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The Honolulu Advertiser

Posted on: Saturday, December 25, 2004

Christmas Eve bargains aplenty

By Anne D'Innocenzio
Associated Press

Shoppers — some holding out for the best bargains, others delayed by winter storms in the Midwest — hit the nation's malls and stores, looking for last-minute gifts and snapping up gift cards on the day before Christmas.

Fred Jones, one of scores of last-minute shoppers, found a great gift in a big package yesterday at Fry's Electronics in Burbank, Calif.

Nick Ut • Associated Press

Retailers, struggling with disappointing holiday sales, were heartened by an uptick in sales at malls this week, and traffic appeared solid yesterday. But the industry is still resigned to the fact that the 2004 holiday shopping season won't be stellar. The question is whether the last-minute boost will be enough to help stores meet their modest sales goals.

The exceptions have been online shopping, with sales at the high end of projections, and luxury stores, which have continued with robust sales from their well-heeled customers.

That means merchants are once again finding themselves in the same position as they were last year, relying on those last-minute shoppers, who seem to be delaying their buying even later than a year ago. Last year, a late spending surge gave struggling retailers a better-than-expected holiday season. In 2002, however, the last-minute boost before and after Christmas was not sufficient to overcome December's earlier weakness.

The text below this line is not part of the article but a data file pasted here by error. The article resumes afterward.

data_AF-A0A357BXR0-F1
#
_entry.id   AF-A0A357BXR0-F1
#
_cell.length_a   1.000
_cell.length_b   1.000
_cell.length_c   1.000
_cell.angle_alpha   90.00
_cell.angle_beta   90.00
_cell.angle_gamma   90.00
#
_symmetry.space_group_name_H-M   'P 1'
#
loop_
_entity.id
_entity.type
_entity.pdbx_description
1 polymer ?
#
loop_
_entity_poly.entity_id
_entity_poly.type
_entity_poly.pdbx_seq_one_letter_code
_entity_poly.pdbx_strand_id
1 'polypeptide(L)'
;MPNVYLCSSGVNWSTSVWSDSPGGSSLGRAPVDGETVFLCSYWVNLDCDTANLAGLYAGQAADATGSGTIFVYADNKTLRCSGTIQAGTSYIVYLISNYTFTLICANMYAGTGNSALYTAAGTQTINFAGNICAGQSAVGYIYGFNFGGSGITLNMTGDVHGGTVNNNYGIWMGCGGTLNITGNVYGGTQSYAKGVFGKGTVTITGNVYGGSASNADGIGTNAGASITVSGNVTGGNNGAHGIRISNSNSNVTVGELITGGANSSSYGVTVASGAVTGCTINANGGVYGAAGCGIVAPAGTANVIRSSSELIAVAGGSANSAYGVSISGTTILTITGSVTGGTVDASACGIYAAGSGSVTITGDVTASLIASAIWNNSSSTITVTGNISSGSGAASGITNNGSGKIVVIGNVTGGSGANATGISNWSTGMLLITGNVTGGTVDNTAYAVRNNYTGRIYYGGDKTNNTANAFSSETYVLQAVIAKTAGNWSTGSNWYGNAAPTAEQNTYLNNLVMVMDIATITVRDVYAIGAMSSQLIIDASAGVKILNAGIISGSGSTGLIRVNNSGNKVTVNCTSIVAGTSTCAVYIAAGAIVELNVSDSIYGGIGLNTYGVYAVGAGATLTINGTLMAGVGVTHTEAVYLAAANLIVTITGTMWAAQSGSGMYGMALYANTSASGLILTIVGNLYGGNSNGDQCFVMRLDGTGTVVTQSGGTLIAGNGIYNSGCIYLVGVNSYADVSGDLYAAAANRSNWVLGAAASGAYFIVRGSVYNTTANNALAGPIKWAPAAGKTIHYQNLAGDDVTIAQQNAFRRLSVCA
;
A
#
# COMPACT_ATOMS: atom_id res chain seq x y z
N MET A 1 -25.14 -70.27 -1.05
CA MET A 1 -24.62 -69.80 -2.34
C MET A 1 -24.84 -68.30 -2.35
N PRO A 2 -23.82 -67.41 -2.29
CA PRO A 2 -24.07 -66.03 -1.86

With many stores struggling with higher inventories at this late stage of the holiday season compared with last year, plenty of customers looking for bargains were pleased with the options.

Michael P. Niemira, chief economist at International Council of Shopping Centers is sticking with his latest holiday forecasts, having lowered his sales growth forecasts to 2.5 percent to 3 percent earlier in the month. He had originally projected sales for the November and December period would be up anywhere from 3 percent to 4 percent. The National Retail Federation continues to forecast a 4.5 percent gain in total holiday sales, which exclude restaurant and auto sales.

Meanwhile, online sales have been robust. Internet research firm comScore Networks Inc. said online sales in November and December are tracking at the high end of its forecast of a 23 percent to 26 percent gain from the year-earlier period.

The final days before Christmas and post-holiday business, boosted in part by gift-card sales, have become increasingly important for retailers. Gift-card sales are not recorded on a retailer's balance sheet until the cards are redeemed.